Making Online Learning Brain Friendly: Artifacts of Competency
The purpose of this site is to provide examples of proficiency in each competency. It should be noted that these samples are merely that, samples.
Please be encouraged to use your creativity and design "know-how" to express proficiency in a way that meets your needs or context.

Rubric for All Artifacts

Remember, a single rubric is used to evaluate all artifacts in the course. This is because there are singular elements which will make you effective at implementing the practices.
It also helps you to better track your progress within each competency.

Collaboration Beyond the Discussion Board

Sample Artifact:
GCT Reboot Twitter Conversation

Reflection and Justification:
This artifact demonstrates evidence of my ability to build collaboration beyond the discussion board. I hosted a discussion using Twitter, a microblogging service. Participants were not provided with a specific prompt, but they were instead told to put questions, musings, and interesting facts in the online discussion. This was done purposefully to reduce the fear of the participants and create a safe environment for sharing. A hashtag was used by participants to help them organize the stream of the discussion. People were encouraged not to read every tweet, but instead to "jump in" when they could, again in another attempt to lower the entry barriers. While the artifact above (created using Storify) primarily documents exchanges between people participating in the event, several people following the stream (and not physically present) offered their insights and ideas relative to the conversation. This was important to the selection of the service. Because all postings on Twitter are public, it allowed many different people not present in the learning to benefit and enrich the discussion. Our students are used to "anytime, anywhere" learning, and this tool strategy encourages that!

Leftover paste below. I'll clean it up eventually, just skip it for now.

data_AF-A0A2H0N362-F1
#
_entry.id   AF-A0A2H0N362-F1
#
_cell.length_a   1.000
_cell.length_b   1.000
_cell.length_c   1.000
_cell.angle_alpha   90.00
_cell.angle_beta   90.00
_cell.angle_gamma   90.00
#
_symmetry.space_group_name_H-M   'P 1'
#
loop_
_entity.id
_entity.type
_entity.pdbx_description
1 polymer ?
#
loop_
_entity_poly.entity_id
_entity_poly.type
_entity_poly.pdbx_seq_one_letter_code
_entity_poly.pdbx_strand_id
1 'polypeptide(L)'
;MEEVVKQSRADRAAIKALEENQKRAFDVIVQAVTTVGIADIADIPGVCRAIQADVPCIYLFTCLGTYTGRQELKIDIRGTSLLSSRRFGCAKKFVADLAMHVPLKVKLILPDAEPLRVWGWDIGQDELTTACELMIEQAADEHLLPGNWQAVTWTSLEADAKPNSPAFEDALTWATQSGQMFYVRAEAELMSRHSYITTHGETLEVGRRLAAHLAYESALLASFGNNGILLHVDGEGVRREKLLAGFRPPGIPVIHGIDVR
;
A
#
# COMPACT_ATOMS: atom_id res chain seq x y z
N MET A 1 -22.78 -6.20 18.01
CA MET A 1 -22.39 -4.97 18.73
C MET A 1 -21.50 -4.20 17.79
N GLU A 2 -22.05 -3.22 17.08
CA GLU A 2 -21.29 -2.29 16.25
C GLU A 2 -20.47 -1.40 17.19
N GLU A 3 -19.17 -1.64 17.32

Twitter honors the "brain friendly tenet" of collaboration beyond the discussion board because it offers quick feedback, incorporates a global audience, and facilitates follow up conversations. First, the service Twitter offers quick feedback to participants because it is available on mobile phones or any web browser. Participants can easily receive notifications of the discussion and offer quick thoughts. The brief nature of Twitter also encourages multiple exchanges between participants instead of single, long discussion board posts in more traditional online environments. John Medina and John Hattie both remind us that the brain thrives on constant feedback and brief exchanges, so this feature of Twitter is highly "brain friendly." Many Twitter uses have even described Twitter as "addictive," and a recent survey conducted by Chicago University argues that Twitter is harder to resist than cigarettes and alcohol. So, be careful when using this tool. You just might get your students hooked on learning!